Fence – Barrier – Path

A fence, a physical barrier. Lesley, an elderly friend, had a fence on either side of the path to her front door. The management of the estate complained about the fence, because within the confines of the estate they wanted no barriers, establishing a border dispute – a microcosm of current global disputes. However, they were prepared to compromise: she could keep the fence on one side of the path, but not the other.

A barrier, dementia. Having spent a month helping to care for Lesley, in France in 2011, I realized that the decay of her mind was forming a barrier that I wasn’t going to get through. That for her, I was not the same person she had known for many years and for me, that she too was not the same person I used to know. The only thing that I retrieved from Lesley’s side of the barrier is that she likes the colour pink.

A path, a road out of life. Metaphysically we follow this path. I took the fence, dismantled it and reassembled it in dedication to someone who is following it. A path we will all be taking.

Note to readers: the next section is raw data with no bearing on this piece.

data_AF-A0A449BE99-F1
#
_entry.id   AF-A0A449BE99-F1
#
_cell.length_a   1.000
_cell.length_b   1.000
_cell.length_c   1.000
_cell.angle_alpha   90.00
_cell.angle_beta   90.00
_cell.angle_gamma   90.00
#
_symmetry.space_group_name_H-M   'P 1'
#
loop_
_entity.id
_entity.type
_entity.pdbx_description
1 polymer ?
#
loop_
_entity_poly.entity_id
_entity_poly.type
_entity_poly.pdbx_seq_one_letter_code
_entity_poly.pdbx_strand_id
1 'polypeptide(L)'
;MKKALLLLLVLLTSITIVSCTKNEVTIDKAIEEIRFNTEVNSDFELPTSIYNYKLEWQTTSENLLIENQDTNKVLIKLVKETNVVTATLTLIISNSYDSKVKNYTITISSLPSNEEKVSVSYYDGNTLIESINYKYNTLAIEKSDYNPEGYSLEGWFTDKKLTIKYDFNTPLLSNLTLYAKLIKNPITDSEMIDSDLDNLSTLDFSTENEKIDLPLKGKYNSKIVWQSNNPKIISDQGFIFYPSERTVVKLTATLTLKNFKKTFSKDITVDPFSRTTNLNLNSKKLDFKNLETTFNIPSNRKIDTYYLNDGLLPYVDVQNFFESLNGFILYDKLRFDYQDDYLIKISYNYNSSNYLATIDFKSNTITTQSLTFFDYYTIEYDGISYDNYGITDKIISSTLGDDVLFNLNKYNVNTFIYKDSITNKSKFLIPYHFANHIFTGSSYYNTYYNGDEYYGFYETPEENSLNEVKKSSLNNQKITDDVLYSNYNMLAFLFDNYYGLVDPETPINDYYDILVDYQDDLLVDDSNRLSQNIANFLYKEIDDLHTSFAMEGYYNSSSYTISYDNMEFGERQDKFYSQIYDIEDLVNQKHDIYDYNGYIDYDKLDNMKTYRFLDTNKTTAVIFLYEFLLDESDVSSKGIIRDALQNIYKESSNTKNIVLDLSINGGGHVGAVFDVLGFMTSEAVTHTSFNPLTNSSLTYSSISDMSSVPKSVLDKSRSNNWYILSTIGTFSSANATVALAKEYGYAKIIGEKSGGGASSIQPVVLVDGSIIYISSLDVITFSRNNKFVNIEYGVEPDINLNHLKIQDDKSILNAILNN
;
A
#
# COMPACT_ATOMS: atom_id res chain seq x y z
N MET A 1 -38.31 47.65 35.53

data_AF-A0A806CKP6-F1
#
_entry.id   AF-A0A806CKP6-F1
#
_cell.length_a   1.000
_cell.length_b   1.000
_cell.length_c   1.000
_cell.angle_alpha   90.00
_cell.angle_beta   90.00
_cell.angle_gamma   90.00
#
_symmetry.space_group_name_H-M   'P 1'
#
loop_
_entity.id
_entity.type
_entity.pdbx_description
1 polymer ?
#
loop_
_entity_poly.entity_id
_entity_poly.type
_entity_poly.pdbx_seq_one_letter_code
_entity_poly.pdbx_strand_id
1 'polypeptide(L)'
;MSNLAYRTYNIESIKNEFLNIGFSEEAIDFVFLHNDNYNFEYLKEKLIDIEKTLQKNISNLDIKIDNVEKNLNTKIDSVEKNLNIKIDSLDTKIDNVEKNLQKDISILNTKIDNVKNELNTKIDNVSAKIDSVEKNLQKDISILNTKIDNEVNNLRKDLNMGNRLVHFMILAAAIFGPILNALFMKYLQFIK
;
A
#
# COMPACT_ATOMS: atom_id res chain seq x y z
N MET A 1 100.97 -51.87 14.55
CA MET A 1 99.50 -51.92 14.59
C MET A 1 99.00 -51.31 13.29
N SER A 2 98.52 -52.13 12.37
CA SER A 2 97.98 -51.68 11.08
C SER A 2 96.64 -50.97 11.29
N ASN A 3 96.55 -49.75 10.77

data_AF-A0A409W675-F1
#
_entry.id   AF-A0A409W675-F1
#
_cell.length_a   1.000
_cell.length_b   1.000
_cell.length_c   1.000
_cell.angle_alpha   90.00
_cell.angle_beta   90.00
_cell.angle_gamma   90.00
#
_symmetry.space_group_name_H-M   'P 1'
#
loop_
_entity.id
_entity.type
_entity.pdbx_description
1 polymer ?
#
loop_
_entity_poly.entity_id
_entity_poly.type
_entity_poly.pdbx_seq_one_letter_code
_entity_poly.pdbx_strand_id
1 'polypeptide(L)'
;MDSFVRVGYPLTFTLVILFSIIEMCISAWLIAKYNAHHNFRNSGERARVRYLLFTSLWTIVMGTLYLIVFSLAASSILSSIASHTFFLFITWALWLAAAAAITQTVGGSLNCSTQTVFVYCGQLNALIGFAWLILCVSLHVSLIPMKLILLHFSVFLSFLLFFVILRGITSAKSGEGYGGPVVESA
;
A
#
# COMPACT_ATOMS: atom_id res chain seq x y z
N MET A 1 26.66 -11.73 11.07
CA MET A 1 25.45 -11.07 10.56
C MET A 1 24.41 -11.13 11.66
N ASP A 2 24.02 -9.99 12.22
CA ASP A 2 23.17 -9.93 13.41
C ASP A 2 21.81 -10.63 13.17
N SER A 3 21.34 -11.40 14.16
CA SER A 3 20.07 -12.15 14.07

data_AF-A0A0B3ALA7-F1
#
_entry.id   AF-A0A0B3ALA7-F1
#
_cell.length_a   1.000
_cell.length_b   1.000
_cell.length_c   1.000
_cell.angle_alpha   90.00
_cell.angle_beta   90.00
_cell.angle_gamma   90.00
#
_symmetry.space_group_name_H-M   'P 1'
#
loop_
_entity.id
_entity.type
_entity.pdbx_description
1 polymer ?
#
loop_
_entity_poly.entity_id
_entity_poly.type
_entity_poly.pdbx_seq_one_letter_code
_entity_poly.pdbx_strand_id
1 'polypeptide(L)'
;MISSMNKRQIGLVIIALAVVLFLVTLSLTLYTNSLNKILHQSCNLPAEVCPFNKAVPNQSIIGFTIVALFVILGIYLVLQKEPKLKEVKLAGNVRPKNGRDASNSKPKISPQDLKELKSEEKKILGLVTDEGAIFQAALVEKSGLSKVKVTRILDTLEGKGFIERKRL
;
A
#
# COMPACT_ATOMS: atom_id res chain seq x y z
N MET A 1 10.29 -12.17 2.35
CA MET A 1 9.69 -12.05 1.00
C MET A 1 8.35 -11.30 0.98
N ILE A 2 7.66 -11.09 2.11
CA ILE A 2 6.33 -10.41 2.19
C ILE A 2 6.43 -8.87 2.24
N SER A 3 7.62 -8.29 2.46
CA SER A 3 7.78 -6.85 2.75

The work itself follows a path – from seeing materials in the street, thinking about deconstructing them and then, through the application of various media, reconstructing them in some other form or guise.

DSCF8056DSCF8043DSCF8053DSCF8041DSCF9191DSCF9190DSCF8052DSCF8045glovesblocksDSCF8912cropped fenceA Fence, A Barrier, A Path

Currently looking for another setting in which to place the path.

Alan McKerl

December 2015


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